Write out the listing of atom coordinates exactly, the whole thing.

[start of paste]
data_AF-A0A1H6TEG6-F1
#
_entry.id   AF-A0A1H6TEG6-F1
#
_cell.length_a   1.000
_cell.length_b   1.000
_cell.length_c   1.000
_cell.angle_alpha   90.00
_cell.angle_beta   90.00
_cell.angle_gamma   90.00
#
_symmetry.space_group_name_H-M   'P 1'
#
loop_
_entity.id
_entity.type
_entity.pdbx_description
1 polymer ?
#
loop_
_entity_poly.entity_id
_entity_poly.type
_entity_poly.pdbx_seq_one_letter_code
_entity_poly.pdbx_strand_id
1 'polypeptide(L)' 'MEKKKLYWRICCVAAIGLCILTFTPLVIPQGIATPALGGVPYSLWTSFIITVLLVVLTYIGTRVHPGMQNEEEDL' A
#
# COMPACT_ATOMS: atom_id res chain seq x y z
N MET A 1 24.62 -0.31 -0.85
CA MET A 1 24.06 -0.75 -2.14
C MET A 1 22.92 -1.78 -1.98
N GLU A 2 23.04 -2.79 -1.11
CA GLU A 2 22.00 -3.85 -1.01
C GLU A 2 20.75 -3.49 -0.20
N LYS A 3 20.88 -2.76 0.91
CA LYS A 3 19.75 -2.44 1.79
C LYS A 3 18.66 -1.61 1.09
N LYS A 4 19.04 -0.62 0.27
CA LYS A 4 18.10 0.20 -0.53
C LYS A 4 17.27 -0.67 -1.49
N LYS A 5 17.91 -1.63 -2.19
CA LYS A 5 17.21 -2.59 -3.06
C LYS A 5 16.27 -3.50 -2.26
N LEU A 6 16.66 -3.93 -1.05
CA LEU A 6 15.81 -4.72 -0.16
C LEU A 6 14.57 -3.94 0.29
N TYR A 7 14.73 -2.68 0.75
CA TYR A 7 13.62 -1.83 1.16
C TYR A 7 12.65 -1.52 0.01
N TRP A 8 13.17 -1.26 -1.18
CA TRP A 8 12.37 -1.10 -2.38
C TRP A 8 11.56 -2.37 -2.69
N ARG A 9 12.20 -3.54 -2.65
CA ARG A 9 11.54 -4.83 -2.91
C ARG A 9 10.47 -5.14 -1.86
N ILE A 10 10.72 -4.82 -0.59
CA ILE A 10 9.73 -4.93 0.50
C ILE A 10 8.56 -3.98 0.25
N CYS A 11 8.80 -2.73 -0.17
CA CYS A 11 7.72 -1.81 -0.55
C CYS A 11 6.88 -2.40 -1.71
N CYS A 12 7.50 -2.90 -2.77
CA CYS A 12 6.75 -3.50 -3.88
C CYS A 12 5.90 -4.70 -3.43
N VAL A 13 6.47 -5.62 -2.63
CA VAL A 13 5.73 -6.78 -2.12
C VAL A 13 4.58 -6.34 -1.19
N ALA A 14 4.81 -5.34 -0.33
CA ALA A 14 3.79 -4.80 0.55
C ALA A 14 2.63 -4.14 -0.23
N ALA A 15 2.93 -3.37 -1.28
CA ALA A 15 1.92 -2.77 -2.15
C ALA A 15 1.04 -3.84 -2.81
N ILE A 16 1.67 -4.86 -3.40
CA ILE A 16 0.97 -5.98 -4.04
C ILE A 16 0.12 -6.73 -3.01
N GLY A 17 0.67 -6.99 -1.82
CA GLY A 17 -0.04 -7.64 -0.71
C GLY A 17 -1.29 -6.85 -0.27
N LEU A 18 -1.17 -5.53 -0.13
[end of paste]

data_AF-A0A1H6TEG6-F1
#
_entry.id   AF-A0A1H6TEG6-F1
#
_cell.length_a   1.000
_cell.length_b   1.000
_cell.length_c   1.000
_cell.angle_alpha   90.00
_cell.angle_beta   90.00
_cell.angle_gamma   90.00
#
_symmetry.space_group_name_H-M   'P 1'
#
loop_
_entity.id
_entity.type
_entity.pdbx_description
1 polymer ?
#
loop_
_entity_poly.entity_id
_entity_poly.type
_entity_poly.pdbx_seq_one_letter_code
_entity_poly.pdbx_strand_id
1 'polypeptide(L)' 'MEKKKLYWRICCVAAIGLCILTFTPLVIPQGIATPALGGVPYSLWTSFIITVLLVVLTYIGTRVHPGMQNEEEDL' A
#
# COMPACT_ATOMS: atom_id res chain seq x y z
N MET A 1 24.62 -0.31 -0.85
CA MET A 1 24.06 -0.75 -2.14
C MET A 1 22.92 -1.78 -1.98
N GLU A 2 23.04 -2.79 -1.11
CA GLU A 2 22.00 -3.85 -1.01
C GLU A 2 20.75 -3.49 -0.20
N LYS A 3 20.88 -2.76 0.91
CA LYS A 3 19.75 -2.44 1.79
C LYS A 3 18.66 -1.61 1.09
N LYS A 4 19.04 -0.62 0.27
CA LYS A 4 18.10 0.20 -0.53
C LYS A 4 17.27 -0.67 -1.49
N LYS A 5 17.91 -1.63 -2.19
CA LYS A 5 17.21 -2.59 -3.06
C LYS A 5 16.27 -3.50 -2.26
N LEU A 6 16.66 -3.93 -1.05
CA LEU A 6 15.81 -4.72 -0.16
C LEU A 6 14.57 -3.94 0.29
N TYR A 7 14.73 -2.68 0.75
CA TYR A 7 13.62 -1.83 1.16
C TYR A 7 12.65 -1.52 0.01
N TRP A 8 13.17 -1.26 -1.18
CA TRP A 8 12.37 -1.10 -2.38
C TRP A 8 11.56 -2.37 -2.69
N ARG A 9 12.20 -3.54 -2.65
CA ARG A 9 11.54 -4.83 -2.91
C ARG A 9 10.47 -5.14 -1.86
N ILE A 10 10.72 -4.82 -0.59
CA ILE A 10 9.73 -4.93 0.50
C ILE A 10 8.56 -3.98 0.25
N CYS A 11 8.80 -2.73 -0.17
CA CYS A 11 7.72 -1.81 -0.55
C CYS A 11 6.88 -2.40 -1.71
N CYS A 12 7.50 -2.90 -2.77
CA CYS A 12 6.75 -3.50 -3.88
C CYS A 12 5.90 -4.70 -3.43
N VAL A 13 6.47 -5.62 -2.63
CA VAL A 13 5.73 -6.78 -2.12
C VAL A 13 4.58 -6.34 -1.19
N ALA A 14 4.81 -5.34 -0.33
CA ALA A 14 3.79 -4.80 0.55
C ALA A 14 2.63 -4.14 -0.23
N ALA A 15 2.93 -3.37 -1.28
CA ALA A 15 1.92 -2.77 -2.15
C ALA A 15 1.04 -3.84 -2.81
N ILE A 16 1.67 -4.86 -3.40
CA ILE A 16 0.97 -5.98 -4.04
C ILE A 16 0.12 -6.73 -3.01
N GLY A 17 0.67 -6.99 -1.82
CA GLY A 17 -0.04 -7.64 -0.71
C GLY A 17 -1.29 -6.85 -0.27
N LEU A 18 -1.17 -5.53 -0.13